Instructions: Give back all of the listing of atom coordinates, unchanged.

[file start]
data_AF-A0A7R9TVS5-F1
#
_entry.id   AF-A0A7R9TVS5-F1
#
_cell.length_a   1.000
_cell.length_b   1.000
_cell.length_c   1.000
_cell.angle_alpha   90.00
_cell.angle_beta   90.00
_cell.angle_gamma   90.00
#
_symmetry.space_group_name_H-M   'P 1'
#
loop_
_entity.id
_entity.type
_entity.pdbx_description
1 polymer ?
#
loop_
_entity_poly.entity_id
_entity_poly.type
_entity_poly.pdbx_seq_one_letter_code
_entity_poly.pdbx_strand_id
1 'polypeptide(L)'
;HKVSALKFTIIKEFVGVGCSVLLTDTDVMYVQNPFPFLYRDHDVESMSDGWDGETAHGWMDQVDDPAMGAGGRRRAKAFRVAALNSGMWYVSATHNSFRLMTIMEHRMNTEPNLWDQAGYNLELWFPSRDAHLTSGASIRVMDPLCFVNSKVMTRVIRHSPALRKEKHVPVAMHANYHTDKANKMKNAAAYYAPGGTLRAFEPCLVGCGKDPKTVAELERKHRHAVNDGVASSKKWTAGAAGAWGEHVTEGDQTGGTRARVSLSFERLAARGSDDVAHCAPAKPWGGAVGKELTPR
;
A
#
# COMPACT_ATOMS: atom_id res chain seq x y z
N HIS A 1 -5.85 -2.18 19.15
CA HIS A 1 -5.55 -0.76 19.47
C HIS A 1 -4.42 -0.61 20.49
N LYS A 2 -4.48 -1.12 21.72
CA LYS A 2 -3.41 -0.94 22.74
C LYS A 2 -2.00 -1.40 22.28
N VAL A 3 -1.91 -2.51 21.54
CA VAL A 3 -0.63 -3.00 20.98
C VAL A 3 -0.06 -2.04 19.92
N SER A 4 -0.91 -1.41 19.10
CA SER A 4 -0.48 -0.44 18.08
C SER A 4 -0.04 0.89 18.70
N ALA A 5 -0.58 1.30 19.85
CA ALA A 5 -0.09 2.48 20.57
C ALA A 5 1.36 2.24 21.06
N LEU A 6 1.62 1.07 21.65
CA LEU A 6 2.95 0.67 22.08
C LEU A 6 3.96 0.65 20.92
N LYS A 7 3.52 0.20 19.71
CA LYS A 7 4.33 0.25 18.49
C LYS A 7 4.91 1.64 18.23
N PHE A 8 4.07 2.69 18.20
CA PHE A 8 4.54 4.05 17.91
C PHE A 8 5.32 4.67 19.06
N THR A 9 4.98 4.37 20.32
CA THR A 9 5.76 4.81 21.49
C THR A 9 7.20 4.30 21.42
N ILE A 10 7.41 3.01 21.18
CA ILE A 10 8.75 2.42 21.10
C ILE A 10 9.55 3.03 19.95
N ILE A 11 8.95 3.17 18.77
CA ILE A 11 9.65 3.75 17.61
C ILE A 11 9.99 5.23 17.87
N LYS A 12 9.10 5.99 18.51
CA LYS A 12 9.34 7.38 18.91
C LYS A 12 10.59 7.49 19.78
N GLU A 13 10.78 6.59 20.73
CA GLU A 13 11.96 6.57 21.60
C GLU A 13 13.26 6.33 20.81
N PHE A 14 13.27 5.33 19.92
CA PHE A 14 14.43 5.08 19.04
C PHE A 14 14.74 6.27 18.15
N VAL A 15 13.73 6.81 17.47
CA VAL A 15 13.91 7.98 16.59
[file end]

data_AF-A0A7R9TVS5-F1
#
_entry.id   AF-A0A7R9TVS5-F1
#
_cell.length_a   1.000
_cell.length_b   1.000
_cell.length_c   1.000
_cell.angle_alpha   90.00
_cell.angle_beta   90.00
_cell.angle_gamma   90.00
#
_symmetry.space_group_name_H-M   'P 1'
#
loop_
_entity.id
_entity.type
_entity.pdbx_description
1 polymer ?
#
loop_
_entity_poly.entity_id
_entity_poly.type
_entity_poly.pdbx_seq_one_letter_code
_entity_poly.pdbx_strand_id
1 'polypeptide(L)'
;HKVSALKFTIIKEFVGVGCSVLLTDTDVMYVQNPFPFLYRDHDVESMSDGWDGETAHGWMDQVDDPAMGAGGRRRAKAFRVAALNSGMWYVSATHNSFRLMTIMEHRMNTEPNLWDQAGYNLELWFPSRDAHLTSGASIRVMDPLCFVNSKVMTRVIRHSPALRKEKHVPVAMHANYHTDKANKMKNAAAYYAPGGTLRAFEPCLVGCGKDPKTVAELERKHRHAVNDGVASSKKWTAGAAGAWGEHVTEGDQTGGTRARVSLSFERLAARGSDDVAHCAPAKPWGGAVGKELTPR
;
A
#
# COMPACT_ATOMS: atom_id res chain seq x y z
N HIS A 1 -5.85 -2.18 19.15
CA HIS A 1 -5.55 -0.76 19.47
C HIS A 1 -4.42 -0.61 20.49
N LYS A 2 -4.48 -1.12 21.72
CA LYS A 2 -3.41 -0.94 22.74
C LYS A 2 -2.00 -1.40 22.28
N VAL A 3 -1.91 -2.51 21.54
CA VAL A 3 -0.63 -3.00 20.98
C VAL A 3 -0.06 -2.04 19.92
N SER A 4 -0.91 -1.41 19.10
CA SER A 4 -0.48 -0.44 18.08
C SER A 4 -0.04 0.89 18.70
N ALA A 5 -0.58 1.30 19.85
CA ALA A 5 -0.09 2.48 20.57
C ALA A 5 1.36 2.24 21.06
N LEU A 6 1.62 1.07 21.65
CA LEU A 6 2.95 0.67 22.08
C LEU A 6 3.96 0.65 20.92
N LYS A 7 3.52 0.20 19.71
CA LYS A 7 4.33 0.25 18.49
C LYS A 7 4.91 1.64 18.23
N PHE A 8 4.07 2.69 18.20
CA PHE A 8 4.54 4.05 17.91
C PHE A 8 5.32 4.67 19.06
N THR A 9 4.98 4.37 20.32
CA THR A 9 5.76 4.81 21.49
C THR A 9 7.20 4.30 21.42
N ILE A 10 7.41 3.01 21.18
CA ILE A 10 8.75 2.42 21.10
C ILE A 10 9.55 3.03 19.95
N ILE A 11 8.95 3.17 18.77
CA ILE A 11 9.65 3.75 17.61
C ILE A 11 9.99 5.23 17.87
N LYS A 12 9.10 5.99 18.51
CA LYS A 12 9.34 7.38 18.91
C LYS A 12 10.59 7.49 19.78
N GLU A 13 10.78 6.59 20.73
CA GLU A 13 11.96 6.57 21.60
C GLU A 13 13.26 6.33 20.81
N PHE A 14 13.27 5.33 19.92
CA PHE A 14 14.43 5.08 19.04
C PHE A 14 14.74 6.27 18.15
N VAL A 15 13.73 6.81 17.47
CA VAL A 15 13.91 7.98 16.59